What is the problem with our railways that we are trying to sort out by nationalisation. I hear three issues. One prices or fares; second is poor or unreliable train services and 3 is lack of investment. Fares – Despite privatisation it is Government and in London the Mayor that sets the fares. Outside of London it’s the rate of payment to the Treasury by each franchise although Government does have overall control through the Office of Rail & Road (ORR). So what extra power would a Labour SoS have by nationalisation? Poor or unreliable train services. Over the last 20 years there has been an unprecedented rise in railway usage, the highest levels since the 1920’s. This growth has been borne by a system that suffered decades of little or no investment by successive Conservative or Labour Governments. What will change by nationalisation? A Labour Government foisted on GWR and East Coast the very expensive IEP project because of the jobs that come with it. These jobs are and will be paid for by fare-payers and taxpayers. So what difference if their is nationalisation.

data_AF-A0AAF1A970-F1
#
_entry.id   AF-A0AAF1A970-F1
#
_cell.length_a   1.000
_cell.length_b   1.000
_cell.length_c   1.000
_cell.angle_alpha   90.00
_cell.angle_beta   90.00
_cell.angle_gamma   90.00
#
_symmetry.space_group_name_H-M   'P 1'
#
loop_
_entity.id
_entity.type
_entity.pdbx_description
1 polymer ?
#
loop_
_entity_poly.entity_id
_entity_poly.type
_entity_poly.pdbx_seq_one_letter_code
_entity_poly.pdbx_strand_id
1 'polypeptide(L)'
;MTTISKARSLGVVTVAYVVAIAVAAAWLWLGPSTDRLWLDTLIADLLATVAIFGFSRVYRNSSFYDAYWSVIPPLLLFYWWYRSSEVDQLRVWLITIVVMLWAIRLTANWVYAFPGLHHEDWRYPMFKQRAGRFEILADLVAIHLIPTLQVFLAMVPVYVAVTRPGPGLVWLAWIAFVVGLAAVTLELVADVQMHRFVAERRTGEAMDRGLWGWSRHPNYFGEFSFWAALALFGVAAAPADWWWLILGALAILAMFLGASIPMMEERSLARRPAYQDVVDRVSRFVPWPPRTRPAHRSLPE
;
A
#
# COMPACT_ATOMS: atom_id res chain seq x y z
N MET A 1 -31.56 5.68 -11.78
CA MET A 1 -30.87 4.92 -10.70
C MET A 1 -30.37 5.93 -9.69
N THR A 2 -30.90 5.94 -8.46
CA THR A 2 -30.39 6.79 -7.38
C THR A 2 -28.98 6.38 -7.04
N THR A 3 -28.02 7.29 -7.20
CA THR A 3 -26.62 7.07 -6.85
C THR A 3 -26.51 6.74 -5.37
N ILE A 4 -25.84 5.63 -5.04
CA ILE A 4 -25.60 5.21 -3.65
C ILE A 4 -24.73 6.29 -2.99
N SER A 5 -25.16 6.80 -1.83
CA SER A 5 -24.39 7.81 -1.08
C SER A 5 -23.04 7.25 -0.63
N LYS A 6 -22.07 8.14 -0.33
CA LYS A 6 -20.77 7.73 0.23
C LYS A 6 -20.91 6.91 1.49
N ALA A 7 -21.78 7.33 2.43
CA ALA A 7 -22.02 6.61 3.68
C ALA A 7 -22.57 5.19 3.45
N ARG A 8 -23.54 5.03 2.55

Infrastructure investment – There has been unprecedented investment by Network Rail, now a nationalised company, in stations, signals and new or re-opening railway lines. The weather over the last 5 years has exposed how poorly built our largely Victorian railway lines were. Millions being spent on rebuilding bridges, sea walls and cuttings. All this investment agreed and set by the Treasury.

    The whole debate is an out-dated debate on who owns the railways rather than what we expect from the railways in terms of economic impact, tackling climate change and how it should be paid for. I can understand the left obsession with nationalisation as they live in the past and see the monolith BR, as created by Clement Attlee, through rose coloured spectacles. Time to move the dbate on.